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    Geek vs. Snob


    2012 - 02.28

    A while back one of my cousins posted about the concept of a Geek and how it is different from a snob, with a real life example.

    We were out one evening at a pizza parlor with some friends and their friends, and one person in the party was the son of a winemaker. One of the women, who wanted to drink some wine, asked him which wine he recommended. None of them, he said. Period. He didn’t even offer up a suggested beer or cocktail, and this woman either had to drink nothing, or ignore his advice. What a snob.

    Read more: http://candlewineproject.wordpress.com/2012/01/23/geek-vs-snob/

    I thought it was an interesting read, I also thought it was an interesting choice of terms.  I personally often think of Geek as a noun, and sometimes use it to describe myself.  In that context I’m usually thinking of it in terms of expertise with respect to computers.  I think however that she’s using it more as an adjective: Wine Geek, Cider Geek, etc…  I too use Geek in that way sometimes: Board game Geek.

    For me the difference really is that Geek when used in this way implies enthusiasm and if not a certain minimum level of expertise an aspiration towards it.  Snobbery on the other hand has an implicit negative connotation.  The inherent difference being that by calling someone a snob you’re making the value judgement that they are being condescending in the offering of their opinion (which may be based on just as much expertise as one offered by a geek).  So realistically it’s the way in which the opinion is offered, and not the opinion itself.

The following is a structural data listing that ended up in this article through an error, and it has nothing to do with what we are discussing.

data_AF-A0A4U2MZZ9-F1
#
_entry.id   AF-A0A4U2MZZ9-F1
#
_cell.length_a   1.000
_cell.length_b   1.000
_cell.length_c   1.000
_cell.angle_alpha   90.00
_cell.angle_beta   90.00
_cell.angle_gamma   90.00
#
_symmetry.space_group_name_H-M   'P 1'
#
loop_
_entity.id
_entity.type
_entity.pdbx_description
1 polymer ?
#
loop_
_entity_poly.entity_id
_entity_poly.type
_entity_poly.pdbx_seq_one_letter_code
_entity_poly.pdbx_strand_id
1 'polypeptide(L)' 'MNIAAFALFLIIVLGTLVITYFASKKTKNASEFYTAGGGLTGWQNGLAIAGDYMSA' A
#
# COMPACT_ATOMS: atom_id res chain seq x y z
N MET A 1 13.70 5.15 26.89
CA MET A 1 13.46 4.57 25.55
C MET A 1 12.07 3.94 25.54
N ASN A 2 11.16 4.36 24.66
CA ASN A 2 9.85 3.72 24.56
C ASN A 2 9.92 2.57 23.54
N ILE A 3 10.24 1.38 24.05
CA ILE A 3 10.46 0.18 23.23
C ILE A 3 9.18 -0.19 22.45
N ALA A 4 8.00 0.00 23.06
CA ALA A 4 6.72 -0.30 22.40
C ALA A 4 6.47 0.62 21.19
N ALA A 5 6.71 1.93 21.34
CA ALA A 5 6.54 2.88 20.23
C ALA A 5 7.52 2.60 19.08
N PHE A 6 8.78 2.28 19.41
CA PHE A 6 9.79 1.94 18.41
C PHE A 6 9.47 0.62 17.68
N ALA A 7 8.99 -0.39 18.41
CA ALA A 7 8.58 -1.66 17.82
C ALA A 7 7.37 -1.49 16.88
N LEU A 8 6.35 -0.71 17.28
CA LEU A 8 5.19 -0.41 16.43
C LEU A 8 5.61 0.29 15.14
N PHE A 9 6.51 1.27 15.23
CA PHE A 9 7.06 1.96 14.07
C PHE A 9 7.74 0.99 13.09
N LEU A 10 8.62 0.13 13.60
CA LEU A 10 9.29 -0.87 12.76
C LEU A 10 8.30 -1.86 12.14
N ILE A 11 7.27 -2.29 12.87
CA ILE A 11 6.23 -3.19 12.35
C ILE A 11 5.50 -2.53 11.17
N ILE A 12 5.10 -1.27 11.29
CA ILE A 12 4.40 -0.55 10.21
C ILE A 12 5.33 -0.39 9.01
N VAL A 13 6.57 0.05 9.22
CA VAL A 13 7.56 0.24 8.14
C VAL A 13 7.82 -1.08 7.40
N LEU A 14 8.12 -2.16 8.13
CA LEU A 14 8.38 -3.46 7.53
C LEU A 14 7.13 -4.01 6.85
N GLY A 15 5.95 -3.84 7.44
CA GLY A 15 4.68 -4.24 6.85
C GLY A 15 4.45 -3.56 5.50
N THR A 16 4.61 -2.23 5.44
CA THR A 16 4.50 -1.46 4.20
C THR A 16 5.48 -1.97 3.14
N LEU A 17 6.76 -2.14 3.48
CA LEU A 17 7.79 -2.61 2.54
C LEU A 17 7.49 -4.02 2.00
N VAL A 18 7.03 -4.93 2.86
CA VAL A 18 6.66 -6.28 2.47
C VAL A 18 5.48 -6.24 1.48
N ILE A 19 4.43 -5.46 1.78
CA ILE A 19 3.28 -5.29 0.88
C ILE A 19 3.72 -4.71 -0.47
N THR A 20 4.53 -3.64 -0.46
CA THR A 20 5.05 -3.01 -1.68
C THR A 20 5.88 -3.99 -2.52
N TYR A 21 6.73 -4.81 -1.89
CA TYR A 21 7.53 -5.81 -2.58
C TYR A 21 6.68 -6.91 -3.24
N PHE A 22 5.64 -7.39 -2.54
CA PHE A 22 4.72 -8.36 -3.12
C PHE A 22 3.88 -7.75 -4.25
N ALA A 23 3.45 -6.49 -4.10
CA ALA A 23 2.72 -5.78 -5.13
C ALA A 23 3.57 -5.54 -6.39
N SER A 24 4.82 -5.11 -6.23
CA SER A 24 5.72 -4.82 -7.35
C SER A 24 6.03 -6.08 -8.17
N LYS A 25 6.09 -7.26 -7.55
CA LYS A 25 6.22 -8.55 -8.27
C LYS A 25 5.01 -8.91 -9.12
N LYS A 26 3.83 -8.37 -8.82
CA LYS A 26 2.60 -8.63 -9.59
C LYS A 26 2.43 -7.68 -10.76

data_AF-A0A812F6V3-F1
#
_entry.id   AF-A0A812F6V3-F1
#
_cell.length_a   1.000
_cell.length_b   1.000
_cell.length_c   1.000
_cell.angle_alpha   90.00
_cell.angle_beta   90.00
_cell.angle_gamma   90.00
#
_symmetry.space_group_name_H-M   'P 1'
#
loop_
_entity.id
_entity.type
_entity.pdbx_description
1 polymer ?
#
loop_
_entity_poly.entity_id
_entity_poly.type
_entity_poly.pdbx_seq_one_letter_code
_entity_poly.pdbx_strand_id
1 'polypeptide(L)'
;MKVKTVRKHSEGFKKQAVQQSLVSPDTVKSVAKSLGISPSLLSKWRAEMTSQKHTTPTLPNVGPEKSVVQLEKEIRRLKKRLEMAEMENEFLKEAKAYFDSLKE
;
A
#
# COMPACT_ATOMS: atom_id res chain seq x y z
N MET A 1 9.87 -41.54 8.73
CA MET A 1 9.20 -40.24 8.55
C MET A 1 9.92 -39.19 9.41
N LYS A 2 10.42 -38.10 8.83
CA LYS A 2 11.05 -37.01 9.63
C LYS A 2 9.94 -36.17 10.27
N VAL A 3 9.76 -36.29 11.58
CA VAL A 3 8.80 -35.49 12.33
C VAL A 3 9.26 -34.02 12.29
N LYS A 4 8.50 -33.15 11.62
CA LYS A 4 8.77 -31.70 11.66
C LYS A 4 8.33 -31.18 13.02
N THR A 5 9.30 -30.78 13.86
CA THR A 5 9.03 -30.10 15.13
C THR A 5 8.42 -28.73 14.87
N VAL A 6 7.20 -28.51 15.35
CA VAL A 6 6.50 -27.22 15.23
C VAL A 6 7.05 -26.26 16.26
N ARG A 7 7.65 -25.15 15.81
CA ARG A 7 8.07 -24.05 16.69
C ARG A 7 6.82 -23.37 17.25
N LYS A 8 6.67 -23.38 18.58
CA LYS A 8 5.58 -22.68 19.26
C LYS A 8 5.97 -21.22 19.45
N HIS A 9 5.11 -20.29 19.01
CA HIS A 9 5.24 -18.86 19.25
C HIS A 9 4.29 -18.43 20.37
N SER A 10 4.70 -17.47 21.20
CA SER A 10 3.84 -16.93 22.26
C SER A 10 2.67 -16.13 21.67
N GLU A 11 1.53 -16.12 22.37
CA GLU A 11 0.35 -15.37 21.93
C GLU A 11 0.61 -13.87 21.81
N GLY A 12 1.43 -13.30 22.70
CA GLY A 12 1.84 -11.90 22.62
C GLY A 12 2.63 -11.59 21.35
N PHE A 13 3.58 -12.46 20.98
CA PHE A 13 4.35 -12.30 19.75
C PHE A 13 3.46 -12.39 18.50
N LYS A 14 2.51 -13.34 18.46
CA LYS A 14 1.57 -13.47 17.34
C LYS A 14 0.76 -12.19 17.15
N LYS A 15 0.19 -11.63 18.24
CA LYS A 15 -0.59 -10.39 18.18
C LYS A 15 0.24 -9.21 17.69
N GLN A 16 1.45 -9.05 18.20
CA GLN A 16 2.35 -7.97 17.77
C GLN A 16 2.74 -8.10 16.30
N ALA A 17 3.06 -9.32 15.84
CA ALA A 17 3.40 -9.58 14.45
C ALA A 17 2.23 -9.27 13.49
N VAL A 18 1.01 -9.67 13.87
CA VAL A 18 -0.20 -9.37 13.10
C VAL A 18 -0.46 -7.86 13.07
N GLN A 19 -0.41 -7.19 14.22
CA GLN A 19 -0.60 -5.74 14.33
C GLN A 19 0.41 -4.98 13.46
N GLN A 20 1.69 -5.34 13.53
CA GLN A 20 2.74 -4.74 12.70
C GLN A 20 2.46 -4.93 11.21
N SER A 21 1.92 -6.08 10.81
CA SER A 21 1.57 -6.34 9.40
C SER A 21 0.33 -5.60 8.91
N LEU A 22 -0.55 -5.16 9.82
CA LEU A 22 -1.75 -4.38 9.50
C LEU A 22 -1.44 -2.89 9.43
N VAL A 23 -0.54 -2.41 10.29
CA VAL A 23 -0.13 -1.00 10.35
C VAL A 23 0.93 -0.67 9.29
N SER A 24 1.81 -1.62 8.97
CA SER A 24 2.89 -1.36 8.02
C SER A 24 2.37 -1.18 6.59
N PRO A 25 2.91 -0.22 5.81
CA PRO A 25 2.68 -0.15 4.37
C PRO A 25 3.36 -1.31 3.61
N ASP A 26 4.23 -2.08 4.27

I think the problem of distinction is exasperated by the sphere in which the example is presented: beverages (or more generally food).  Not everyone has the same tastes, and perhaps more interestingly not everything tastes the same to all people.  So even if one were talking about wines, you could have a much better made wine that was actually technically of higher quality, but it doesn’t mean that you would actually like it more, or at all.

    Take that to the sphere of technology instead and there are definitely clear external metrics which can objectively classify something as better than something else, and the subjective element although still present is less important, and less likely to be problematic.

    Getting back to the  central question though of whether or not one is a snob or a geek, I think that it’s not actually a difficult situation to avoid.  Geeks are valued for their knowledge; Snobs are derided for the manner in which they share their knowledge.  So if you want to be a geek and not a snob you share your expertise but in a non-judgemental way.

    If you find yourself asked to recommend a wine (and you have appropriate expertise) then you can indicate that you personally wouldn’t choose any of the ones that are offered, but that wine X is probably the best of the bunch (or would probably make the best pairing with what they’re having for dinner).

    That said a geek is also permitted to have the courage of their convictions.  By this I mean it’s totally alright to recommend against any of the choices if you have a good reason.  Ex: I honest believe that YOU would not be happy with any of the choices, or that you would later regret making one of those choices.  That’s not snobbery, that’s conviction (and well intentioned).

    Wine Bottle


    2011 - 12.18